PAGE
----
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What is Hunger?

July 16, 2005
by Russ Long

 

Thanks to FOOD FIRST for permission to reprint this article which was originally found in the January/February, 1987 edition of the La Montanita Food Co-op Newsletter in Albuquerque, New Mexico.   Later this article was reprinted in the Paso Del Norte Food Co-op's May, 1987 newsletter in El Paso, Texas.

The material presented below is intended to complement the discussion concerning problems with science. It's not meant as a critique of those who use quantitative methods. Rather, "What is Hunger" is included to highlight the idea that the research method chosen has significant impact on the type of questions one might ask as well as the conclusions one might draw.


Despite a year of heightened attention to famine in Africa and huge amounts of donated food, millions of people on that continent are still starving. This is hunger in its acute form, but there is another form. It is less visible. It is the chronic, day-in, day-out hunger afflicting as many as 800-million people. While chronic hunger rarely makes headlines, it is just as deadly. Each year it kills as many as 18-million people--more than twice as many as died annually during World War II.

These statistics are staggering. They shock and alarm, however, several years ago I began to doubt the usefulness of such numbers. Numbers can numb, distancing us from what is actually very close to us.

So I ask myself--what really is hunger?

Is it the gnawing pain in the stomach when we try to stay on that new diet? Is it the physical depletion that comes with chronic undernutrition?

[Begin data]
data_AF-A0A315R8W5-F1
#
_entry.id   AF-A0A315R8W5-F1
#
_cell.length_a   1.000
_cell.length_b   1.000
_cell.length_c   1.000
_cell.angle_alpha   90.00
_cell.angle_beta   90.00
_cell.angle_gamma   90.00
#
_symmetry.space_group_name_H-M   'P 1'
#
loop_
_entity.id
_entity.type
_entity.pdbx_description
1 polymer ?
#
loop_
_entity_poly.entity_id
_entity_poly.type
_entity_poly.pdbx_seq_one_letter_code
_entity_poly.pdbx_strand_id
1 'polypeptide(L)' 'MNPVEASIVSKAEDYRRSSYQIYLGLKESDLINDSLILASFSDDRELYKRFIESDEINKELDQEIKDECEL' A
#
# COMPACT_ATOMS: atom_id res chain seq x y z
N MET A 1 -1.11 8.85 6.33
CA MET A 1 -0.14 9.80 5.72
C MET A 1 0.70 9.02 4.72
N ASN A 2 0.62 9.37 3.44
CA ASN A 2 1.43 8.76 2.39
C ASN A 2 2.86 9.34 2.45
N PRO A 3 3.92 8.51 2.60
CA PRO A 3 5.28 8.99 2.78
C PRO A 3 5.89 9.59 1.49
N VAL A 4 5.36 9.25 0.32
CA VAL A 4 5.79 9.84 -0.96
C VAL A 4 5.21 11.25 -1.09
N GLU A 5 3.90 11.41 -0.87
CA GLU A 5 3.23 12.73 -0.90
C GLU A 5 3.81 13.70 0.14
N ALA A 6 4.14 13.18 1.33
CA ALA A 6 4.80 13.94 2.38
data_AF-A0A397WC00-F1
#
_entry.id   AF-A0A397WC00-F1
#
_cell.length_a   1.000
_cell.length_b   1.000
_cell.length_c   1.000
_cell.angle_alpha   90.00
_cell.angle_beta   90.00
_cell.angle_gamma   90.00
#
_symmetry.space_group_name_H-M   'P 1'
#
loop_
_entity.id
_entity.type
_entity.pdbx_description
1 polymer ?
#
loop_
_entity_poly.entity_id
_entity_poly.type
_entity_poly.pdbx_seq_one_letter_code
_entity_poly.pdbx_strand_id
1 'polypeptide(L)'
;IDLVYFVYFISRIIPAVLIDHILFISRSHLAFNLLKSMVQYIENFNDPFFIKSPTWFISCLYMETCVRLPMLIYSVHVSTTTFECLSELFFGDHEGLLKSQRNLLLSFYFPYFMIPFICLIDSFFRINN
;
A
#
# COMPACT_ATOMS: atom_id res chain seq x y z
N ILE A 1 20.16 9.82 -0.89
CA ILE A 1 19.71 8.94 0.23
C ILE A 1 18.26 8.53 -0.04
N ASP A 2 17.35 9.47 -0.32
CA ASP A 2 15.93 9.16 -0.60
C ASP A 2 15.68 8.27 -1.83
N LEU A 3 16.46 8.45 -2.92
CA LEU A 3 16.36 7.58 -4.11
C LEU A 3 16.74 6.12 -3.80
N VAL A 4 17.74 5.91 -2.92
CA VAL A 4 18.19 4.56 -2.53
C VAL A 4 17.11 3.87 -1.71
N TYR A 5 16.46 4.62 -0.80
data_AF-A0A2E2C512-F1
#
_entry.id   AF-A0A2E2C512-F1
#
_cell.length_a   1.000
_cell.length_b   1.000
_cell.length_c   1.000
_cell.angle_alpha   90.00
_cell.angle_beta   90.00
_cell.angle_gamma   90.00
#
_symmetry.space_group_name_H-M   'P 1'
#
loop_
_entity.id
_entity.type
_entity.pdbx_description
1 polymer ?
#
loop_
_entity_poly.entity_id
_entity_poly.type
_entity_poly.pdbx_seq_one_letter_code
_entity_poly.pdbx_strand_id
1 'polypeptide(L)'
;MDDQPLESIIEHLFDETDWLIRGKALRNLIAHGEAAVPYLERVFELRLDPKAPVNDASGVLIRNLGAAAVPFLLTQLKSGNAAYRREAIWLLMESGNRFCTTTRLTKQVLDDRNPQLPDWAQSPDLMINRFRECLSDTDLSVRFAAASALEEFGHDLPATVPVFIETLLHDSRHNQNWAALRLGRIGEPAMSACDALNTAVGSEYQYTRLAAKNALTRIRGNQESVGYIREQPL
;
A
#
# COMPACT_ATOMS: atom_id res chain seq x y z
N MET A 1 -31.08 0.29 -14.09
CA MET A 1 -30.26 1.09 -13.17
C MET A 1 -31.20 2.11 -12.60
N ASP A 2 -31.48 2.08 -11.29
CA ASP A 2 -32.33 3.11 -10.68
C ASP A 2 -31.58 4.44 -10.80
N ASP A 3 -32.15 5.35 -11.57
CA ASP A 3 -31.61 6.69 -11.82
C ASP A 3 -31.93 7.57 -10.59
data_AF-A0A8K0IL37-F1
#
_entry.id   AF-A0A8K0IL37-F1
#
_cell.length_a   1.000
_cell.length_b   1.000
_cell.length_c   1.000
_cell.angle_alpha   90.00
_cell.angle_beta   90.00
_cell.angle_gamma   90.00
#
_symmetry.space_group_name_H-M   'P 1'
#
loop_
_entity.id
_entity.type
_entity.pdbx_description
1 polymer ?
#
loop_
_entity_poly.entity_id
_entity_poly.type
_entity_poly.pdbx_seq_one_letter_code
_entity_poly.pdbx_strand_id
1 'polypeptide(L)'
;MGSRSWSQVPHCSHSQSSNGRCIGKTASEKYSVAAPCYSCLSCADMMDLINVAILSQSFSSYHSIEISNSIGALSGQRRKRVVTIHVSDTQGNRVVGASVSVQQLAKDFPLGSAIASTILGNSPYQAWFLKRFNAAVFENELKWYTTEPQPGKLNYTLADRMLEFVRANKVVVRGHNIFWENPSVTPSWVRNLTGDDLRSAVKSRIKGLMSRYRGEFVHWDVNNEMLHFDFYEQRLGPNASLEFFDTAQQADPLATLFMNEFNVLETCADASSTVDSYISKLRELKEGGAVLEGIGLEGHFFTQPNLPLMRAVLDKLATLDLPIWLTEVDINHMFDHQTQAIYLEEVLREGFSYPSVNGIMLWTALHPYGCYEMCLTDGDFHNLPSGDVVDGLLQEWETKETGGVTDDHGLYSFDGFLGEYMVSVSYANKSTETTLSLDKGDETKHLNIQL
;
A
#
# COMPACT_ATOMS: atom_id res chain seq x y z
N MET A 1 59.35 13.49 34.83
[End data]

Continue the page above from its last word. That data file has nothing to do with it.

Yes, but it is more. I became convinced that as long as we conceive of hunger only in physical measures, we will never truly understand it, certainly not its roots.

What, I ask myself, would it mean to think of hunger in terms of universal human feelings, feelings that each one of us have experienced at some time in our lives? I will mention only three such emotions to give you an idea of what I mean.

To begin with, being hungry means making choices that no human being should have to make. In Guatemala, many poor Indian families send a son to join the army. They know that this same army is responsible for killing tens of thousands of civilians, mostly the Indians themselves. But the $25 a month the army pays each soldier's family--half the total income of a typical poor family in Guatemala--may be the only means the family has to feed their other children.

Dr. Charles Clements is a former Air Force Pilot and Vietnam veteran who, as a medical doctor, spent a year treating peasants in El Salvador. In his book, Witness to War, he describes a family whose son and daughter had died from fever and diarrhea. "Both had been lost," he writes, "in the years when Camila and her husband had chosen to pay their mortgage, a sum equal to half the value of their crop, rather than keep the money to feed their children. Each year, the choice was always the same. If they paid, their childrens' lives were endangered. If they didn't, their land could be repossessed."